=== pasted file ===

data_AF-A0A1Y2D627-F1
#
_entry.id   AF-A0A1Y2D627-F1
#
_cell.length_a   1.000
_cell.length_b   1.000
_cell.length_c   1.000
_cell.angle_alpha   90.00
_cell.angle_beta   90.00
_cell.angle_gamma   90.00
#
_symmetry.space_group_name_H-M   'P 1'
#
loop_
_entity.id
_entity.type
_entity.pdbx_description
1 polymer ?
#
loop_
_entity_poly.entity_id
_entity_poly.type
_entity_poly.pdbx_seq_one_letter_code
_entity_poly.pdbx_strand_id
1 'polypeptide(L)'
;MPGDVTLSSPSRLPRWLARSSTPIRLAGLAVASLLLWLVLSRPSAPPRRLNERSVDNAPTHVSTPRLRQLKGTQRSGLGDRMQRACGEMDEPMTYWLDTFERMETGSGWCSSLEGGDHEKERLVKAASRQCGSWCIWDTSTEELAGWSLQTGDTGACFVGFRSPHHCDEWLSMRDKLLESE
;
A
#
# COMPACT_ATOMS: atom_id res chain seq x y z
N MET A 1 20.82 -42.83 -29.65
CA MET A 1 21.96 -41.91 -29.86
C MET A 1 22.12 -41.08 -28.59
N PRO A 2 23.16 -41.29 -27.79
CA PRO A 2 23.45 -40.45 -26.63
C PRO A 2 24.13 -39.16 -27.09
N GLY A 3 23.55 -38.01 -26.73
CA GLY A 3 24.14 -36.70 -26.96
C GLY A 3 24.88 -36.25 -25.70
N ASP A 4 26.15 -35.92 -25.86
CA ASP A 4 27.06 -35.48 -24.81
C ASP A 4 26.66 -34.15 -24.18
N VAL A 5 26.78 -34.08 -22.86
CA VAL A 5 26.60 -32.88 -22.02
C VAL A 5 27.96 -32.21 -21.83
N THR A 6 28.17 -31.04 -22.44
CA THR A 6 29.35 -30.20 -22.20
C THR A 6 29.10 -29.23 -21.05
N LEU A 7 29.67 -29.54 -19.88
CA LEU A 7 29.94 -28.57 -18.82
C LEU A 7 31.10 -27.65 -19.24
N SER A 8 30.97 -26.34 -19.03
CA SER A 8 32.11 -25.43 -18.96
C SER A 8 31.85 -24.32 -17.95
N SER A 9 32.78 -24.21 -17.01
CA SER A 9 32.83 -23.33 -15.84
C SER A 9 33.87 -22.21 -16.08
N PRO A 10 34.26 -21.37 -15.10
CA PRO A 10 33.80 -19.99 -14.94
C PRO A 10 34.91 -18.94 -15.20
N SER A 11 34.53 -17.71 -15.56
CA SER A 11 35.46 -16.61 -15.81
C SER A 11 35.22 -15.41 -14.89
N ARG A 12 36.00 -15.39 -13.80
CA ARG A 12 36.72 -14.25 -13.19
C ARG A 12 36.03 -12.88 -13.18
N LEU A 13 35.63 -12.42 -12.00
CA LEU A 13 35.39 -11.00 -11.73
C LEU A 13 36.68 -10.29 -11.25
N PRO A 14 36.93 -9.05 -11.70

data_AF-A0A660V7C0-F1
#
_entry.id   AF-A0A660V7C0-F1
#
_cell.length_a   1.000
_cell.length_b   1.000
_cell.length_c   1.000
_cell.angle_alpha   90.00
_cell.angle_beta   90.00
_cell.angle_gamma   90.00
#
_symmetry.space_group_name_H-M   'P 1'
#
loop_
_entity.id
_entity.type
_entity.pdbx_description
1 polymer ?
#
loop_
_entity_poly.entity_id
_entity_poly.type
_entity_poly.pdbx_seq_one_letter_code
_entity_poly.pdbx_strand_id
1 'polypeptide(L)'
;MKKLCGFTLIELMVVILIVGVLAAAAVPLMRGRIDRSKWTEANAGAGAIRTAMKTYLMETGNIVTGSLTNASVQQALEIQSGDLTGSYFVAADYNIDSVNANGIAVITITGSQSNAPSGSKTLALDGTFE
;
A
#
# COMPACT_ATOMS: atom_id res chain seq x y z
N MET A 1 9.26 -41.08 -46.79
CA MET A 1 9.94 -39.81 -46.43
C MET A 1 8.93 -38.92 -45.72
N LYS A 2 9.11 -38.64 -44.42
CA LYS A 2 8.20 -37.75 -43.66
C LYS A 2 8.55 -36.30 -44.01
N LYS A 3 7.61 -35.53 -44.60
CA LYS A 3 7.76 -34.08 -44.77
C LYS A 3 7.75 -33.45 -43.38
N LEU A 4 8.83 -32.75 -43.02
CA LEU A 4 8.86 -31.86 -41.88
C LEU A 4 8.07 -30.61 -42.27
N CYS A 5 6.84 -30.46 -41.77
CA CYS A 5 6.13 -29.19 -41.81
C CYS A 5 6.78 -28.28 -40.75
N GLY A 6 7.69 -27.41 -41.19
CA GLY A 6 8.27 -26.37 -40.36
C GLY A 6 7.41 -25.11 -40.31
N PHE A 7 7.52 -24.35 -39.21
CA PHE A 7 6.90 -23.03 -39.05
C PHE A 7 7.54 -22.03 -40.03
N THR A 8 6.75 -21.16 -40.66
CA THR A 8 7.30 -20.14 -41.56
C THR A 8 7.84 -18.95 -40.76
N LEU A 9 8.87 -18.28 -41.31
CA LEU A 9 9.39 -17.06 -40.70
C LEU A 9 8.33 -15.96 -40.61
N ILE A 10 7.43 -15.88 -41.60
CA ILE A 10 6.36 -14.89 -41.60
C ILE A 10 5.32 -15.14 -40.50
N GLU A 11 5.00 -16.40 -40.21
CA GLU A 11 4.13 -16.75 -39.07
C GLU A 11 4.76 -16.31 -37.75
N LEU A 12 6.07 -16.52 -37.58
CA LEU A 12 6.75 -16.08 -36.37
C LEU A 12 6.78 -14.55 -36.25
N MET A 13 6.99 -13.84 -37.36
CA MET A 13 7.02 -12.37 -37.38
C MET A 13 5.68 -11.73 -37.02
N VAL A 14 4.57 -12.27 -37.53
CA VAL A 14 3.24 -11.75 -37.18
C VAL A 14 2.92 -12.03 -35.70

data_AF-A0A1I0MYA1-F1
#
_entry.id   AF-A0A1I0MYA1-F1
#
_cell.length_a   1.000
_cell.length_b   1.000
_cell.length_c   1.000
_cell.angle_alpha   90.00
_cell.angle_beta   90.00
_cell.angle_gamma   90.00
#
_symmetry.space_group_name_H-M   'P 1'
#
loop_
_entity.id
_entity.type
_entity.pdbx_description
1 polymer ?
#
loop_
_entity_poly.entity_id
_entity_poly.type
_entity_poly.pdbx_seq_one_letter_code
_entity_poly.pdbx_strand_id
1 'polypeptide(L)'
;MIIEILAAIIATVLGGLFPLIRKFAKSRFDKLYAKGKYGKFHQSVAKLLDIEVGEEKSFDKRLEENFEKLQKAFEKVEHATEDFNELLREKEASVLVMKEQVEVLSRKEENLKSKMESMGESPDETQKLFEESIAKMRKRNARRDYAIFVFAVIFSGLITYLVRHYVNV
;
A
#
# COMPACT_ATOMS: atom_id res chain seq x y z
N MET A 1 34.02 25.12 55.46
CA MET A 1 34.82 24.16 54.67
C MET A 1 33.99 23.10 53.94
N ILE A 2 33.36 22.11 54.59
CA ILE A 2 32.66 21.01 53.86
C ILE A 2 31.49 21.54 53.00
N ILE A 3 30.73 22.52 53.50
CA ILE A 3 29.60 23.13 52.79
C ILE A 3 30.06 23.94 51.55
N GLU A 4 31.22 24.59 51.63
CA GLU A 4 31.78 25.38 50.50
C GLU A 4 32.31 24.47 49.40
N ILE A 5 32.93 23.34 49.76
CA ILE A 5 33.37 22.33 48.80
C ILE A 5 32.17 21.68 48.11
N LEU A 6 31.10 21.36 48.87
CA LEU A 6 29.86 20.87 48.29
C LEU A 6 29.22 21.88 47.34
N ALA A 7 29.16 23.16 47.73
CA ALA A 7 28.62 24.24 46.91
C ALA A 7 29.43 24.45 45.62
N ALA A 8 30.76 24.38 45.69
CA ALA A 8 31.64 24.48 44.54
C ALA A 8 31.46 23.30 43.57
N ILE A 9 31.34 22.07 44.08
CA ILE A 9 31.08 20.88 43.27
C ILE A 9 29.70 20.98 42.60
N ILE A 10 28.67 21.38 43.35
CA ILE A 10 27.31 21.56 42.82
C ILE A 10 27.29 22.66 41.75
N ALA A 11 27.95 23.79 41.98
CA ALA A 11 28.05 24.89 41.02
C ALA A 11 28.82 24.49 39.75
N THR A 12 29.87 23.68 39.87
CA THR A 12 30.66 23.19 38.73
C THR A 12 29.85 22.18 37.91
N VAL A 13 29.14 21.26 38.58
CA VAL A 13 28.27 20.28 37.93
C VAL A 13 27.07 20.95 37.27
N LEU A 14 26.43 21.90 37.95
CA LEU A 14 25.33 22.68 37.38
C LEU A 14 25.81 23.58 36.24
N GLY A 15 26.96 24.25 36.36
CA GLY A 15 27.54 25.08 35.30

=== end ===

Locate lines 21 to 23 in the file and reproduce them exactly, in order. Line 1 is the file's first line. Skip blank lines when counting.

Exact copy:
_entity_poly.entity_id
_entity_poly.type
_entity_poly.pdbx_seq_one_letter_code